W3C home > Mailing lists > Public > public-rif-wg@w3.org > July 2007

Re: How core is Core?

From: Dave Reynolds <der@hplb.hpl.hp.com>
Date: Mon, 02 Jul 2007 17:15:32 +0100
Message-ID: <468924A4.9000403@hplb.hpl.hp.com>
To: Sandro Hawke <sandro@w3.org>
CC: public-rif-wg@w3.org

Sandro Hawke wrote:
>>    "why do we continue to talk about all dialects extending Core and 
>> everyone implementing Core when that seems unlikely given that Core has 
>> term unification? what does that imply for the extensibility mechanism, 
>> do we need profiles or something?"
> I think of the decision about what goes into Core or other dialects as
> essentially a marketing question.  Does that seem right?

Depends what you mean by "marketing" :-)

It is about defining interoperability points. Defining a set of rule 
features, expressible via RIF, that some set of systems can use for 

As Paul says, this largely only makes sense for sets of systems that are 
fundamentally compatible (e.g. a set of PR languages or a set of LP 
languages but not necessarily a mixed set).

We need interoperability points because if each system implements a 
different subset of the supposedly shared dialect you don't get reliable 

> RIF software doesn't have to know what's in Core or any other dialect,
> except when constructing good error messages.  Implementors decide which
> components they will implement, and that's what the software knows
> about.

Suppose I'm working in some language L and I want to export my ruleset 
so that my partners can all use my rules. They all work in other 
languages which are members of the same broad language family.

Don't I want to identify some target RIF dialect D and tell my export 
software to make sure my rules fit within D so that I can be sure all of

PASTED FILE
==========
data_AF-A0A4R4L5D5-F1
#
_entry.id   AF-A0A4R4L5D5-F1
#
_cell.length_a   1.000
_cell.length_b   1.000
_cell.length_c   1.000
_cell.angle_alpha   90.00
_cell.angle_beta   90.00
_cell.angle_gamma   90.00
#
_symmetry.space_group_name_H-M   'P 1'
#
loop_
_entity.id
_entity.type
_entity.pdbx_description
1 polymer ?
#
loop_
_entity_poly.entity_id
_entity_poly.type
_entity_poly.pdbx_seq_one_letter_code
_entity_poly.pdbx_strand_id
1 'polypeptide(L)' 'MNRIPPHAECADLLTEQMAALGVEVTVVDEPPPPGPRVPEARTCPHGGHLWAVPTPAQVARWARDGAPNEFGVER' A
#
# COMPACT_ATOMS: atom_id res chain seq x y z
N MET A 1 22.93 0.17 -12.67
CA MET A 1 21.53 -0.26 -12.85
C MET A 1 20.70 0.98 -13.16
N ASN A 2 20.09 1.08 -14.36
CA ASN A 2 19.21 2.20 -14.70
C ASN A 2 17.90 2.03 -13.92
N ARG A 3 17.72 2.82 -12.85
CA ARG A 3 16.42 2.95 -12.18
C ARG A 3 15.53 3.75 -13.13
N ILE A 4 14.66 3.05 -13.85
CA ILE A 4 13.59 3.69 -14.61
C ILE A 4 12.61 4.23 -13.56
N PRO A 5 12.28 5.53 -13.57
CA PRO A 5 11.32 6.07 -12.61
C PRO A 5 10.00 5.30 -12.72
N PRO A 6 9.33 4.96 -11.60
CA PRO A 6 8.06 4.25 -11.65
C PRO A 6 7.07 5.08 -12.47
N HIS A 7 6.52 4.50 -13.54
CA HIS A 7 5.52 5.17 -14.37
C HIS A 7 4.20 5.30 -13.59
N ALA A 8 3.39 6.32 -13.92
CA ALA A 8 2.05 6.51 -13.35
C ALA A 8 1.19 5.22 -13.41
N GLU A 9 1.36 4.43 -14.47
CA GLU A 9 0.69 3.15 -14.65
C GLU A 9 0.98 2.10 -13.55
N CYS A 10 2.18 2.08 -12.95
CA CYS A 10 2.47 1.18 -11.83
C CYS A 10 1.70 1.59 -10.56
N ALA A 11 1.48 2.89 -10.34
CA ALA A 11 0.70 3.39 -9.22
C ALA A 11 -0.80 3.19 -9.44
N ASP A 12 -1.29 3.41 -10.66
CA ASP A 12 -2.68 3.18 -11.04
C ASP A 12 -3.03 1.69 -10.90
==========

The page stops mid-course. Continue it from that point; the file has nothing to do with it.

my partners' systems will be able to reliably run my rules?

So doesn't the export software need to know the precise constraints of 
dialect D? That may be different from the set of components that the 
system implements (which may be a superset of dialects D, E and F).

Don't I want the resulting export document to be tagged with metadata 
saying it is intended to fall in dialect D so that my partners know to 
try importing it into a D-compatible engine?

> I'd like to see us defining and characterizing components, mostly
> separate from whether they will be in Core or not.  Maybe we'll focus
> more on the ones for Core, but I think we'll really just each focus on
> the ones we each want, whether they end up in Core or not.

It's not clear to me how much the features we are talking about divide 
neatly into "components".

Specifically the feature I picked on here was term unification. AFAICT 
that is not a separable component in Core as currently defined.

What about the builtins library? Will each builtin be a separate 
component?  Builtins also interact with the function symbols decision of 

There is also the question of whether components are all or nothing. It 
seems to me there are cases where a dialect may impose a syntactic 
restriction rather than define a new component.

For example, equality is currently symmetric. Perhaps in some dialects 
we might treat equality as more like assignment and restrict the LHS to 
be a variable not a general term.

Another example consider a DL-like dialect that would want to limit 
predicates to unary and binary. [I know the RDF embedding will be using 
frames instead of predicates so that such a dialect is not currently on 
the table but it is not an unreasonable dialect restriction.]

> It may be that we'll do the core-or-not-core labeling much later in the
> process.  We can, I think, go to Last Call and Candidate Recommendation
> with components published as "as risk" for Core, saying we'll figure out
> later, based on implementation experience, whether they belong in Core
> or not.  Basically, we'll include them in Core unless someone ends up
> really finding them too hard to implement.

That makes sense for the written spec if we really do want Core to be 
core, so long as the spec can be structured so that these "at risk" 
pieces are sufficiently well separated.

An alternative is to say that Core is not core it is just a starting 
point for dialect design and concrete dialects will pick and choose from 
Core as appropriate. That's what I understood to be MichaelK's position.

[Snipped lists discussion in this partial reply.]

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Received on Monday, 2 July 2007 16:16:03 UTC

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